Fri, 13 Apr 12 at 12:41 | No Comments Yet
Clawback gets a great review from John Bussey at the WSJ today:
DAYS OF KLOUT AND CLAWBACK
It’s time to check out the Zeitgeist. Two new books, in different ways, catch some of the current buzz about the business world.
One describes the marketing revolution fired by social media … The other plays to public vengeance. With the liberty that only over-the-top fiction can take, it describes an errant Wall Street, still unreconstructed after the 2008 financial crisis, turning on itself. Did someone say catharsis?
[In] a financial thriller titled “Clawback” by Mike Cooper, the protagonist wants the opposite—anonymity. Silas Cade is a gun-for-hire, and when a string of well-known financiers mysteriously meet untimely ends, Silas is called in to find out why.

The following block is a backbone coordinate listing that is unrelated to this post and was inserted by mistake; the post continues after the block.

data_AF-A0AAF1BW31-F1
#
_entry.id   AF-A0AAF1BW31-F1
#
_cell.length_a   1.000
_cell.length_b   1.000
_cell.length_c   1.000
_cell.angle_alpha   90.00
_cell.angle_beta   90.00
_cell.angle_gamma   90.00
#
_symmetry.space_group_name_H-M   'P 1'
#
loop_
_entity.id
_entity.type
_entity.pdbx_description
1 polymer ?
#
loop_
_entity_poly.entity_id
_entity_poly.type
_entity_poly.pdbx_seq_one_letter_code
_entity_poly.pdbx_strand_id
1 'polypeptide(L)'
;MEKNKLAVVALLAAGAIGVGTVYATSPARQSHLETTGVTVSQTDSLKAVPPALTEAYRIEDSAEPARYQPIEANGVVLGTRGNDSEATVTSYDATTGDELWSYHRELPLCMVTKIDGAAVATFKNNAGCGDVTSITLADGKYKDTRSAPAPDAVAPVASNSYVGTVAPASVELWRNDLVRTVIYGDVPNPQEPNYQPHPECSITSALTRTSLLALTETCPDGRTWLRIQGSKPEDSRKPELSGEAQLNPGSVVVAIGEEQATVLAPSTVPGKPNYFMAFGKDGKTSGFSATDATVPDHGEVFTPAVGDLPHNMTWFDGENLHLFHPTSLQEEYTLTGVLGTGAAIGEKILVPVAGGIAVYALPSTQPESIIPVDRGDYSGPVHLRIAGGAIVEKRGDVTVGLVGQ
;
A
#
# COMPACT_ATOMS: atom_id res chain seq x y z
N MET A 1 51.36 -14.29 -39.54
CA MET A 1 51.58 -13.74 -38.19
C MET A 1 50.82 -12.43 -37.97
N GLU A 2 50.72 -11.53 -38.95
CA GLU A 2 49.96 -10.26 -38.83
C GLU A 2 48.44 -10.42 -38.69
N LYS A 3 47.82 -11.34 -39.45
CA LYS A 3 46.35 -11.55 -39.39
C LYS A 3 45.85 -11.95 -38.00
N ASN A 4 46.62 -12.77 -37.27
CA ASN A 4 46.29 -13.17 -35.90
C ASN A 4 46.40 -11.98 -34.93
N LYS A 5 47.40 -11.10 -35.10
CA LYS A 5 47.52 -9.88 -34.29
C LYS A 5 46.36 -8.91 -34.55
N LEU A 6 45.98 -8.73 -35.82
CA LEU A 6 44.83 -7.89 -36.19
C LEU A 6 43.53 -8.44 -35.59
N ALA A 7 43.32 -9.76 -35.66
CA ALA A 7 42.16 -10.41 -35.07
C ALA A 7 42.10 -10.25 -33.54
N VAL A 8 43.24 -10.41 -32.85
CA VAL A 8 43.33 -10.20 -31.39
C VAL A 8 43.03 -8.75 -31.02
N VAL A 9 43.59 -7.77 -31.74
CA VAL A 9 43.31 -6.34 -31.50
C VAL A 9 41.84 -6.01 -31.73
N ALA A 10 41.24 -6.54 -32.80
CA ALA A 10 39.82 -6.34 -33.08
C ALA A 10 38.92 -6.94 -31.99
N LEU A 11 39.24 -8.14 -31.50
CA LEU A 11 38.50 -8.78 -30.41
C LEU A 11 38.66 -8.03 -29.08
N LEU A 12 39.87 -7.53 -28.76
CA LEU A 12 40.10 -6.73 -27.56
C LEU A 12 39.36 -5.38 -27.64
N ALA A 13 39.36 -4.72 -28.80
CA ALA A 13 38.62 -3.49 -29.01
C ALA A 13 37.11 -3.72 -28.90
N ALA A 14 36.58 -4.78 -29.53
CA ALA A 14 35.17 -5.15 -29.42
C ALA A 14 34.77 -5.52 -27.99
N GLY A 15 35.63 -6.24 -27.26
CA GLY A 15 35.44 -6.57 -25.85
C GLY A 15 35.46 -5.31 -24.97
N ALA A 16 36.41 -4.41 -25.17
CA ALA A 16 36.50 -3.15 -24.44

Clawback means taking back money or benefits because of special circumstances. It got plenty of currency during the 2008 financial crisis, when taxpayers were bailing out Wall Street and wondering whether redress might reside in those fat compensation packages the executives had already banked. Shareholders have since pressured such firms as Goldman and Morgan Stanley to expand clawback provisions in compensation packages to discourage excessive risk-taking.
Mike Cooper is the pen name of [redacted], who says “just the notion of a hit-man accountant made me laugh. And then the financial crisis came along and I had in the box a character and a setting, so it just seemed to be a good time to go.”
This book is a fast-read suspension of disbelief that benefits from Mr. Cooper’s background in finance. It includes a wild, unintended shootout among hedge-fund and bank executives that’s another reminder of the Darwinian days of 2008.
“Clawback” will appeal to anyone who thinks that many CEOs of big companies still don’t earn what they get paid and that Wall Street is still without parental supervision.
It’s easy to enjoy …
Read the entire piece here.